And while all this is good and wonderful and full of hope… I miss the little days. I miss being their whole world . I miss snuggles on the couch, and whispered secrets.

I miss them and they’re still all right here. This seems excessively ridiculous, and that is precisely why I’m sharing it.

And all this is to say, that in the very midst of being sad and nostalgic, we had a great time together. Looking at lights, playing games, just talking and drinking coffee.

I realized that this might have been the best Christmas yet.

And I also said this last year.

And the year before that.

So, then by my own admission- each and every Christmas is the best ever.

Meaning that just maybe, we are still living the “good old days”, right now.

Maybe even though I feel sad that my kids are growing up, I can acknowledge that we’re still making great memories right now.

This is a necessary and valuable thing to remember.

My second lesson is pretty self evident. By choosing to decorate three main places , I am not “tired of” Christmas decor by December 26th.

My third lesson ties into the first two.

We’ve had some great times of celebrating this Christmas season. We also have had a lot of hosting , volunteering, and projects.

I don’t feel like I’m finished celebrating Christmas, so.. I’m going to keep going.

The tree is staying up. I’ll still be lighting the red candles, and playing calm, contemplative a Christmas carols.

And I have a big Christmas party to host this weekend with family from out of town.

I’m not finished with that trappings of Christmas, because at the end of the day, there is a deeper reason to all of this.

This isn’t where I trot out the tired “He is the Reason for the Season.”

He is. And most of us acknowledge that.

But He is also the motivation for the season.

And this year in particular, He had given me so much.

He has worked miracles in my home, my children, my marriage, my finances, my church …

He worked year-round miracles . Miracles of hope and healing, “far as the curse is found.”

“Repeat the sounding joy”, indeed!

I’m not finished Christmas-ing because I’m not done contemplating all He has done for me.

And I can’t help but want to help others find the peace that He has brought me as well.

On a more practical note, Will I be pulling my hair out when I’m back in the thick of homeschooling and running children places and still have to take down my tree on January 6th? Only time will tell. 😉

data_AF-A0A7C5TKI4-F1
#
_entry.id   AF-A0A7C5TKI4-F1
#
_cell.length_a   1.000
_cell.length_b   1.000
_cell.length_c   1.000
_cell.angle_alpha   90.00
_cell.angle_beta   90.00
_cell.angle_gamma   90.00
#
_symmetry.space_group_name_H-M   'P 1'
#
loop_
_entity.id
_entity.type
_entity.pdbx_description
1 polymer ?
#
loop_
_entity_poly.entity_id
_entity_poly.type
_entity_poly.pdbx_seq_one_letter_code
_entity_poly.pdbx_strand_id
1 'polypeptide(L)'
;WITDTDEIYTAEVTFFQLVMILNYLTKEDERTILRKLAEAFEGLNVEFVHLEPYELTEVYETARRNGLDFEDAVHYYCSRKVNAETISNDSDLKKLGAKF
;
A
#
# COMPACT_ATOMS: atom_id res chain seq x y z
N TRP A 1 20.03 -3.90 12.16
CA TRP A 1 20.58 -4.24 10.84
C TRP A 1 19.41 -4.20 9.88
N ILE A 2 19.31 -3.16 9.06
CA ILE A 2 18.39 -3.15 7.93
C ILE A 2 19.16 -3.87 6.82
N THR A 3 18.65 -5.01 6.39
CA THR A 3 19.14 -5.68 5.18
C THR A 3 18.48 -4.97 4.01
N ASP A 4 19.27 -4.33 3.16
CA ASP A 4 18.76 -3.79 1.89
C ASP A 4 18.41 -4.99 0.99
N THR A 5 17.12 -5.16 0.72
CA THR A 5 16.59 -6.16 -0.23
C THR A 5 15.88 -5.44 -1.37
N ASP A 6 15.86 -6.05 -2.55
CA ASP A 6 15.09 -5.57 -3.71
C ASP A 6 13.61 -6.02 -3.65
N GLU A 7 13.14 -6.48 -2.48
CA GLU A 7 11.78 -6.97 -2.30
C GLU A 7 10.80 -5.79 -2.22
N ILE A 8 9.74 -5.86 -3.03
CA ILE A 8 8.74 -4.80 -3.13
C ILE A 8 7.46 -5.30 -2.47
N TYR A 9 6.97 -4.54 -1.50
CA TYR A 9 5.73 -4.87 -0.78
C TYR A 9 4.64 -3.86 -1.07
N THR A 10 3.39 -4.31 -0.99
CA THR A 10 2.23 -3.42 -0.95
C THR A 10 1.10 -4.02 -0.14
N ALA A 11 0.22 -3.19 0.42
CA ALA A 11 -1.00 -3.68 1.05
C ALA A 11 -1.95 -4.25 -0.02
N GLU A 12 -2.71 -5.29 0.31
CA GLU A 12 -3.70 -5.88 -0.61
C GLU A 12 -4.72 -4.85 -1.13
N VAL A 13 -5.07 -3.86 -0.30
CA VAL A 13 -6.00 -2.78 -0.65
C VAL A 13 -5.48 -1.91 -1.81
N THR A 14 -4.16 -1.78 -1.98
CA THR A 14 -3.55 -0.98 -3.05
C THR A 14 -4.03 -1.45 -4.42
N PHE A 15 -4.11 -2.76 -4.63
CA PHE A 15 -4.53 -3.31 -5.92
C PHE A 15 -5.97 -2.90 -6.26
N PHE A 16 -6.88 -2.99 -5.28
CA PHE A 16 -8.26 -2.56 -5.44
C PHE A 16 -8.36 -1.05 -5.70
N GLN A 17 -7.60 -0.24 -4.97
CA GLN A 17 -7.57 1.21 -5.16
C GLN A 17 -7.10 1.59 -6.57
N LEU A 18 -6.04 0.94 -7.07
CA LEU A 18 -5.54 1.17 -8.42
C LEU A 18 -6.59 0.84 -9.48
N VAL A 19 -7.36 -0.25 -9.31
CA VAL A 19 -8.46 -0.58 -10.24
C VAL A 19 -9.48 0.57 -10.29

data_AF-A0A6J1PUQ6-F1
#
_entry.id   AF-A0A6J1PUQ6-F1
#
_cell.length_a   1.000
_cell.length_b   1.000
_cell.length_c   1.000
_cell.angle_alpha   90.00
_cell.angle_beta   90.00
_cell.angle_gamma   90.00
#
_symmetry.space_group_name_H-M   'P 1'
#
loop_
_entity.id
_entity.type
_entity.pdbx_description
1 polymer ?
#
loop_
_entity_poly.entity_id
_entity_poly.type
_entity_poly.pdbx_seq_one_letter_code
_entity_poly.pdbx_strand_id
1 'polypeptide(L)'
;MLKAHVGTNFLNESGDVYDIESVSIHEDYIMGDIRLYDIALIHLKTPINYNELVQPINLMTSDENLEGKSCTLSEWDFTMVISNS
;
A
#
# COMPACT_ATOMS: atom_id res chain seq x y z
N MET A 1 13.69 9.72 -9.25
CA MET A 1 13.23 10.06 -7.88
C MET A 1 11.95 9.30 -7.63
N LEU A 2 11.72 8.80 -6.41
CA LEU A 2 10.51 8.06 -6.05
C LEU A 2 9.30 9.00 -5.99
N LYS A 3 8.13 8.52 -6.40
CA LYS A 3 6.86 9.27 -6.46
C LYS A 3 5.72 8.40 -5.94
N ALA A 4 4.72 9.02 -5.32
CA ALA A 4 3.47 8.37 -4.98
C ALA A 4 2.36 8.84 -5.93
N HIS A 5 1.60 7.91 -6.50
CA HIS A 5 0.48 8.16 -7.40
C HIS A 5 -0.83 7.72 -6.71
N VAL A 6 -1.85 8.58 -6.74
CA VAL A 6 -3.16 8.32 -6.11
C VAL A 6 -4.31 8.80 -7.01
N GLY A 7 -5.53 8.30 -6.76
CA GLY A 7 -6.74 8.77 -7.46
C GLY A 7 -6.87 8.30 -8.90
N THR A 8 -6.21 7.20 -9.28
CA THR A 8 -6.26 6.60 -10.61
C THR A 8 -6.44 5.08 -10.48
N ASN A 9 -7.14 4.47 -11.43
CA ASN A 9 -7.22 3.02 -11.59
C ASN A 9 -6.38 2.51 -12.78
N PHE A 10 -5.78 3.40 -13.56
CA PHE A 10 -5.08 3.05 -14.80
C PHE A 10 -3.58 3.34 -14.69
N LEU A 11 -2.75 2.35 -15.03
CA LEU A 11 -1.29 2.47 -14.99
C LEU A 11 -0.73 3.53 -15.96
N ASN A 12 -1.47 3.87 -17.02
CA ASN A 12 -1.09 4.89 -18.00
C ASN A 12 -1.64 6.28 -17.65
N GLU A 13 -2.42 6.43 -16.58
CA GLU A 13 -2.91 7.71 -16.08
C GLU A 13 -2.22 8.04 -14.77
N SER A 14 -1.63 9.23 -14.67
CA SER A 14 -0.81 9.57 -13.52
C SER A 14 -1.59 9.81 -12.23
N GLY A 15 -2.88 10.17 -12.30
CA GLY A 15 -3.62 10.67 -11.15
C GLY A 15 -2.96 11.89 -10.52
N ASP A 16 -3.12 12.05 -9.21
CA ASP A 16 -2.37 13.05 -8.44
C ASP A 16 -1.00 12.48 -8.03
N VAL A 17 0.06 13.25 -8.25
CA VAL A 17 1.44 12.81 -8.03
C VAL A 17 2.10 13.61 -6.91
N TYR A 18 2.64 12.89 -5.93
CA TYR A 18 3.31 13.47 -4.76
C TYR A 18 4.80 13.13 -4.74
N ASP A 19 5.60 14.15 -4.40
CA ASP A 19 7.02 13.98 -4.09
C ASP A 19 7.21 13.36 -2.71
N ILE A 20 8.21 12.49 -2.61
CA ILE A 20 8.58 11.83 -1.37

Your turn! What have you learned this Christmas season? Funny or serious , sentimental or sacred or none of the above. Feel free to comment below, or if you’re more comfortable with journaling about it, then I would like to encourage you to take a few moments to do so.

Modern Parenting Stressors

What is the biggest issue facing you today when it comes to parenting?

Financial problems? Scheduling logistics? lack of time? Critics, who think they know better than you of how to best raise your child?

As culture shifts, the ways we think about parenting and define being a “good” parent continue to evolve.

Parenting through the Ages

For many of our great grandparents, their main parenting problems were the very real physical necessities of food, clothing, and shelter.

Beyond that , they taught our parents to respect their elders ( mostly from a top down, often overly- harsh, authoritative view of discipline.)

Our grandparents role as children were primarily defined by being a workforce that would contribute to the overall benefit of the family.

By the time most of our grandparents were parents, the depression era and WW2 was behind the country. There was exponential market growth, and this coupled with new labor laws and better working conditions rendered the economy virtually unrecognizable from their childhood.

This meant that their children were born into a completely different economy, culture, and landscape. Modern conveniences were all the rage, the emphasis was on consumption. This is were the Mass Market was introduced, as well as the idea of keeping up with the Jones.

This generation had the ability to build wealth at a rate their ancestors had scarcely dreamed of.

Our grandparents values were obedience, loyalty, discipline and consistency.

They taught their children, our parents generation to be neat in their appearance, to have nice manners.

When our parents time came, they were the first generation to face a postmodern culture. Drugs , divorce, the sexual revolution… Thisnis the world they grew up in, and it contributed to making Gen X notoriously cynical. They taught us self reliance, which in turn meant that many were latch key kids, adept at making their own way.

Our parents valued education, enrichment activities, and self reliance. They managed our after school activities, but let us run wild too without cell phones or tracking devices.

Now that Milliinials (1981-1996) are doing the parenting , we are asking anew “What does it mean to be a good parent?”